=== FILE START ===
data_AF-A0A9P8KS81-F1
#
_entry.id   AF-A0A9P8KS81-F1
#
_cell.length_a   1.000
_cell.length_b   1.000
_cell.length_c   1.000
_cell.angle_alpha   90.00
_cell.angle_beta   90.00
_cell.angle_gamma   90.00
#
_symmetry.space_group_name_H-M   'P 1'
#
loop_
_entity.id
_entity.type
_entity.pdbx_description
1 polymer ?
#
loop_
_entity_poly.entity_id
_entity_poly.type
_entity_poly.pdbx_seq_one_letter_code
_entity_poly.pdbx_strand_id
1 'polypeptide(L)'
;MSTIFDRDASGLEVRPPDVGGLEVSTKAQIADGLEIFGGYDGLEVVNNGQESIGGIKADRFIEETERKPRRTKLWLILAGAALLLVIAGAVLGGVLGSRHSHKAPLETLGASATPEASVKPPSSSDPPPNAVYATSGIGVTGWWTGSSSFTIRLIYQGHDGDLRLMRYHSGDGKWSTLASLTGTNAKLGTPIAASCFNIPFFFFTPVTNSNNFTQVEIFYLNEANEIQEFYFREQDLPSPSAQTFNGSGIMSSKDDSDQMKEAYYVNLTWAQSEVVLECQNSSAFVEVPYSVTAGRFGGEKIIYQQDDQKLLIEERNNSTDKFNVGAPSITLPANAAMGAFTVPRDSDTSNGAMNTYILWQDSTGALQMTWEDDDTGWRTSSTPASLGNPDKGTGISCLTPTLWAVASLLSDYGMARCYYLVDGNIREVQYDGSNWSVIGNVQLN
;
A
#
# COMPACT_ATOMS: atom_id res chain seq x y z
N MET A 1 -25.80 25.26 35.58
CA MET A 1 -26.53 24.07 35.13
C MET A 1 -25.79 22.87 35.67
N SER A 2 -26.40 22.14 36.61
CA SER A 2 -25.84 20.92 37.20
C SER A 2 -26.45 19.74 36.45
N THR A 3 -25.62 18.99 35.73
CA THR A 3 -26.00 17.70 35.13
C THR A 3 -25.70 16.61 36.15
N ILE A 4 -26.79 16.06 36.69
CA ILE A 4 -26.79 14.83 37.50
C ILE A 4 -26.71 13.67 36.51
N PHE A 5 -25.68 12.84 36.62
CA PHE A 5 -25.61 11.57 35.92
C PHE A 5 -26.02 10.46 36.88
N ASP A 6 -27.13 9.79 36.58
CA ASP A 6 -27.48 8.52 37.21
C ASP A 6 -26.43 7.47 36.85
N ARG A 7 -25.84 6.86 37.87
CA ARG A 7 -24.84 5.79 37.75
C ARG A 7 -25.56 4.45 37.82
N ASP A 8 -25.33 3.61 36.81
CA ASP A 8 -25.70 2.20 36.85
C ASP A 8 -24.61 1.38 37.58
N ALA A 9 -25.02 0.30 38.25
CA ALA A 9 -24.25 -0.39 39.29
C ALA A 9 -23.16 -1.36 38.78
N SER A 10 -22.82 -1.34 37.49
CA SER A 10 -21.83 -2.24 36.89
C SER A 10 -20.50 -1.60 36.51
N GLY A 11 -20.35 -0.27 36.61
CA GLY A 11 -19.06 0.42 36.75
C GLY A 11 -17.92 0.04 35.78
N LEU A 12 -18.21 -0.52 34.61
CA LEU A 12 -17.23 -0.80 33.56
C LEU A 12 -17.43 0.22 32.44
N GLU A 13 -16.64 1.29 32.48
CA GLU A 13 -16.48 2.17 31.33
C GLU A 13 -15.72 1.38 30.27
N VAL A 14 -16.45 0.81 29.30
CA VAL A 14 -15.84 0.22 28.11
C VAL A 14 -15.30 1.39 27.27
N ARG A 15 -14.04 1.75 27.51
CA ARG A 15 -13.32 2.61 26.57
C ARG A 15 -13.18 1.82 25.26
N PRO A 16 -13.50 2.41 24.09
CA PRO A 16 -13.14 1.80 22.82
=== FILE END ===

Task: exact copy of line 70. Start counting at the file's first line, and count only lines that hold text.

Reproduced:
N VAL A 14 -16.45 0.81 29.30